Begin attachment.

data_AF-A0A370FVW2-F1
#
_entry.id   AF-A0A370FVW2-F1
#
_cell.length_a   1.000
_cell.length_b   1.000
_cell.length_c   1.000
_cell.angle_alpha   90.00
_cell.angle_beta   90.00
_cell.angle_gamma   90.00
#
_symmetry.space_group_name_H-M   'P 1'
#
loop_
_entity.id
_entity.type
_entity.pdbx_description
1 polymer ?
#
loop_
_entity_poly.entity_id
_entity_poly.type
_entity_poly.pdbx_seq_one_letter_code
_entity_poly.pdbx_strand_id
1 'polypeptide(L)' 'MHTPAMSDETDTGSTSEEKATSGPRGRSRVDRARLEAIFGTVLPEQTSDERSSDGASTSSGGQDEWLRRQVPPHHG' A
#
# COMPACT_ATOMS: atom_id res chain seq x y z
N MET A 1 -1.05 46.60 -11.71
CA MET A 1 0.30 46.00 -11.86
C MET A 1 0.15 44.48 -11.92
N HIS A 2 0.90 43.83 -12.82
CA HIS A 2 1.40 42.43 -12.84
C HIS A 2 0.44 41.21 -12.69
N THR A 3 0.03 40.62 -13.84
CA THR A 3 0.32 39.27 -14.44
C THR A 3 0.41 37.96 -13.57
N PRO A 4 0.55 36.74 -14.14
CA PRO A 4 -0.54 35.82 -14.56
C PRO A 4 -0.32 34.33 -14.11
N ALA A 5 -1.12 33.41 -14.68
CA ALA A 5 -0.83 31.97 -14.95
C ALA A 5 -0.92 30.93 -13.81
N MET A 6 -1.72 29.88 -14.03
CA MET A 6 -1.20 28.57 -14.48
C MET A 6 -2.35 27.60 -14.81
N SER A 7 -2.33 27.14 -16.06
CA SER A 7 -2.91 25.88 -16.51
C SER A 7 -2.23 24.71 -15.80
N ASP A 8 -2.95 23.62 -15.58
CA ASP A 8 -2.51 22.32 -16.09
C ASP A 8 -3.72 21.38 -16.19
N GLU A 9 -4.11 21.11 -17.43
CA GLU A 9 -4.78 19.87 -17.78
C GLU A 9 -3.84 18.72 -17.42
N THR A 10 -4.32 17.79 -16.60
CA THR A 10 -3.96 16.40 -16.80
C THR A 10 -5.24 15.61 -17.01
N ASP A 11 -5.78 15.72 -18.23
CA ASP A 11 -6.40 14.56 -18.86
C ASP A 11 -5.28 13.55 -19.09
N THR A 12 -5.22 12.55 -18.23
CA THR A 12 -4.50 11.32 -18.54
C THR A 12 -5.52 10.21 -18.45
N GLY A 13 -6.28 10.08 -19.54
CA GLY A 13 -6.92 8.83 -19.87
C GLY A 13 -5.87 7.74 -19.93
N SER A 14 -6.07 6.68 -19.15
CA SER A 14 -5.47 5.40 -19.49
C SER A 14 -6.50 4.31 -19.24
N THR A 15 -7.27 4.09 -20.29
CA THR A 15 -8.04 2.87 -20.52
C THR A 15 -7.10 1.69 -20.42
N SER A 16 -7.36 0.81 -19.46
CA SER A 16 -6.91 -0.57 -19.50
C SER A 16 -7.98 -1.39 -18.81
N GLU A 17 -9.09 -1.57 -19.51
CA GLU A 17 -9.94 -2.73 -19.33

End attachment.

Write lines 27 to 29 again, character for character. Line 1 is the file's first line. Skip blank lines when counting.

# COMPACT_ATOMS: atom_id res chain seq x y z
N MET A 1 -1.05 46.60 -11.71
CA MET A 1 0.30 46.00 -11.86